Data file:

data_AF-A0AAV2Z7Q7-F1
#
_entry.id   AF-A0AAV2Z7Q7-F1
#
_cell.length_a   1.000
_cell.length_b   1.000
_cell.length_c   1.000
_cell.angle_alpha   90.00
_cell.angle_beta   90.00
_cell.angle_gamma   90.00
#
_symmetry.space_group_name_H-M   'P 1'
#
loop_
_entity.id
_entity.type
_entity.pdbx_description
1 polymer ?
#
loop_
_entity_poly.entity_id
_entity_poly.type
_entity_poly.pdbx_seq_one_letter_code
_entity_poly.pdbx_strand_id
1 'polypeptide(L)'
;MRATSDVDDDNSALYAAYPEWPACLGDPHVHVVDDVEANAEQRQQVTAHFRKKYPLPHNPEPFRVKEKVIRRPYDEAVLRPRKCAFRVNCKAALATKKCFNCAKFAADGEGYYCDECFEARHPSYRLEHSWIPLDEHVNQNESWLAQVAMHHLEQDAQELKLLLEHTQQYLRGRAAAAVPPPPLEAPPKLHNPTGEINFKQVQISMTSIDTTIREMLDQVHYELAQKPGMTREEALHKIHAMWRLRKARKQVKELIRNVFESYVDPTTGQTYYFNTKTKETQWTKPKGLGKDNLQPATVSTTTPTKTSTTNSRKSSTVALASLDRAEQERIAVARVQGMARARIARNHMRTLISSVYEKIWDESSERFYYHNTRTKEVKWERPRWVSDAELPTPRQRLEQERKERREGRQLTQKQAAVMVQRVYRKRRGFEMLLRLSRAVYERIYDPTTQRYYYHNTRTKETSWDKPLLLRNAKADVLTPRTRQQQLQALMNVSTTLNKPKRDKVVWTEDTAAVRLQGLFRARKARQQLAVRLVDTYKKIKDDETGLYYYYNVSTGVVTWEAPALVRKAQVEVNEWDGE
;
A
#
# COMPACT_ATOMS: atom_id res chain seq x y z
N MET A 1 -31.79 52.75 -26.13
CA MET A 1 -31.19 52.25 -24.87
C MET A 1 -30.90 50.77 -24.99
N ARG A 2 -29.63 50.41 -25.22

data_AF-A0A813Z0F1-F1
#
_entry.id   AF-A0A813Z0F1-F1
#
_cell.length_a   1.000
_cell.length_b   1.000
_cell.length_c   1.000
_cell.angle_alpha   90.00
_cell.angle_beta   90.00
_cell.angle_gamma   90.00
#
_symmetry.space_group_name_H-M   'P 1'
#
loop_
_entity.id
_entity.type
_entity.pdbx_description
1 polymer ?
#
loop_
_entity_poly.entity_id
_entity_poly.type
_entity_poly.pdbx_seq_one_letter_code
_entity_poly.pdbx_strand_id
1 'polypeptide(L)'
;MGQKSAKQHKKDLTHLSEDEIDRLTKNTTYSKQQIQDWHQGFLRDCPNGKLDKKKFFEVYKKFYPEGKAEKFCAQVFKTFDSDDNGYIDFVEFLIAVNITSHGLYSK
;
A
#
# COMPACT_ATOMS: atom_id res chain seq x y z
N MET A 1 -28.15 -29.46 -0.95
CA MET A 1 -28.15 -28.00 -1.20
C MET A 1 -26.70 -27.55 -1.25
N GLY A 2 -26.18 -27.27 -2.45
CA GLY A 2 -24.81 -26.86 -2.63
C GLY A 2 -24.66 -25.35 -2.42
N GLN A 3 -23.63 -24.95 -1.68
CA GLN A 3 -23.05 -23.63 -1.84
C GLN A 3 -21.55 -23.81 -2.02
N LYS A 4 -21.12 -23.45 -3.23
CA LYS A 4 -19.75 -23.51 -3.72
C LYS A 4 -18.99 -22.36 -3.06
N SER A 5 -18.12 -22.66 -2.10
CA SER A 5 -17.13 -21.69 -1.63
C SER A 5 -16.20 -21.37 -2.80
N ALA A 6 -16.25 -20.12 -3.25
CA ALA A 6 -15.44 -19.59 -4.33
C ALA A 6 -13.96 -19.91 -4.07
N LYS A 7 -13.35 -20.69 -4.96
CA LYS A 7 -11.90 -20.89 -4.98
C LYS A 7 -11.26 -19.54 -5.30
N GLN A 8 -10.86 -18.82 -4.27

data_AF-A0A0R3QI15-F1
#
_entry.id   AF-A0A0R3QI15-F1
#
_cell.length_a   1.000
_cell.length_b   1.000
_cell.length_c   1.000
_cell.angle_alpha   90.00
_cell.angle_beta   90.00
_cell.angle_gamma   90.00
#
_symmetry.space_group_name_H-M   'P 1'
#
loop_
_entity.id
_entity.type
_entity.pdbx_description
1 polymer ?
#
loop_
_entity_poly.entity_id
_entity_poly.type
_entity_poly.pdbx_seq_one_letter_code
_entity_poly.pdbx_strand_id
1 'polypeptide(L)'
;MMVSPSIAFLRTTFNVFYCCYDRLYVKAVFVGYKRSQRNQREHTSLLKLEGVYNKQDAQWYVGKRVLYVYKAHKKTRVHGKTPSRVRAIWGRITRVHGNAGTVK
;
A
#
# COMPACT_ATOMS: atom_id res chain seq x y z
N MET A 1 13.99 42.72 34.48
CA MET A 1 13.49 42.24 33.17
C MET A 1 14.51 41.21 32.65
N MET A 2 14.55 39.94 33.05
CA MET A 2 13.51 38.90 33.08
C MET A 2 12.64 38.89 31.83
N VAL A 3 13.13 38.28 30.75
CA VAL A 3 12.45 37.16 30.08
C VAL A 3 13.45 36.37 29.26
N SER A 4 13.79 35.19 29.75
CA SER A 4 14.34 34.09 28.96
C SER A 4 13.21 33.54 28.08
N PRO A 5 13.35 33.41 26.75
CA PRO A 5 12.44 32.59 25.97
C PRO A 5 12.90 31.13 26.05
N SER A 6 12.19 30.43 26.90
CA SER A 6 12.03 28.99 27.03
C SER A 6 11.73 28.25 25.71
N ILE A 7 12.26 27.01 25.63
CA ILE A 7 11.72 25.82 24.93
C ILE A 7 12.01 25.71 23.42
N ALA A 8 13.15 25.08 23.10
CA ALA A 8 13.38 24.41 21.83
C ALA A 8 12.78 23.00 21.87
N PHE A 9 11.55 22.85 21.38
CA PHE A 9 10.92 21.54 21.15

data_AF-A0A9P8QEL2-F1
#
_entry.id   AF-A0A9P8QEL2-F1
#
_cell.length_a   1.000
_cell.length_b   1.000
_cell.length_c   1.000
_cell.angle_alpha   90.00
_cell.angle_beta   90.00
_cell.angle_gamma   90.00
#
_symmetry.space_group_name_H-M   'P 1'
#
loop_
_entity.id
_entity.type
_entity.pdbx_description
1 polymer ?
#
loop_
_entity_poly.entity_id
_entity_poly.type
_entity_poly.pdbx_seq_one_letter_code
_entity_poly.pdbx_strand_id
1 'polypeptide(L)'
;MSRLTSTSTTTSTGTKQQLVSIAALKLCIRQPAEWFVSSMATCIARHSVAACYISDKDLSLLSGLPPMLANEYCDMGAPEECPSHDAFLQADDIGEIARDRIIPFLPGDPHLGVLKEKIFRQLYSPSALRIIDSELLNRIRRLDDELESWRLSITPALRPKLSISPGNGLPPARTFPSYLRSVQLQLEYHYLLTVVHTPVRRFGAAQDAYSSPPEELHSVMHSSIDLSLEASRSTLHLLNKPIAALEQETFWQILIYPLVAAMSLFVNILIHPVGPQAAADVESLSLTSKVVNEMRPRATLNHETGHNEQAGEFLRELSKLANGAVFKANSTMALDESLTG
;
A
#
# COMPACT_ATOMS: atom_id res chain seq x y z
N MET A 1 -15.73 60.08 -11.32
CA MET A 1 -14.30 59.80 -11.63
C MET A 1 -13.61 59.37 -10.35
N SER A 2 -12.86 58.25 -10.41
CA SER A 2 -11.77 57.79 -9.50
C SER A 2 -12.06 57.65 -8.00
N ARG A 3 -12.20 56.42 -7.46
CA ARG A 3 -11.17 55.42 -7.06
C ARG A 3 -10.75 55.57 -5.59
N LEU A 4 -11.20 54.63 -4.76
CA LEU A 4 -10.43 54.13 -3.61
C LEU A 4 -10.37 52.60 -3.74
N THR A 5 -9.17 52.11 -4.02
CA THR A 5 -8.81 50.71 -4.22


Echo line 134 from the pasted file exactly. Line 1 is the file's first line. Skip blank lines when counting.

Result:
C SER A 6 11.73 28.25 25.71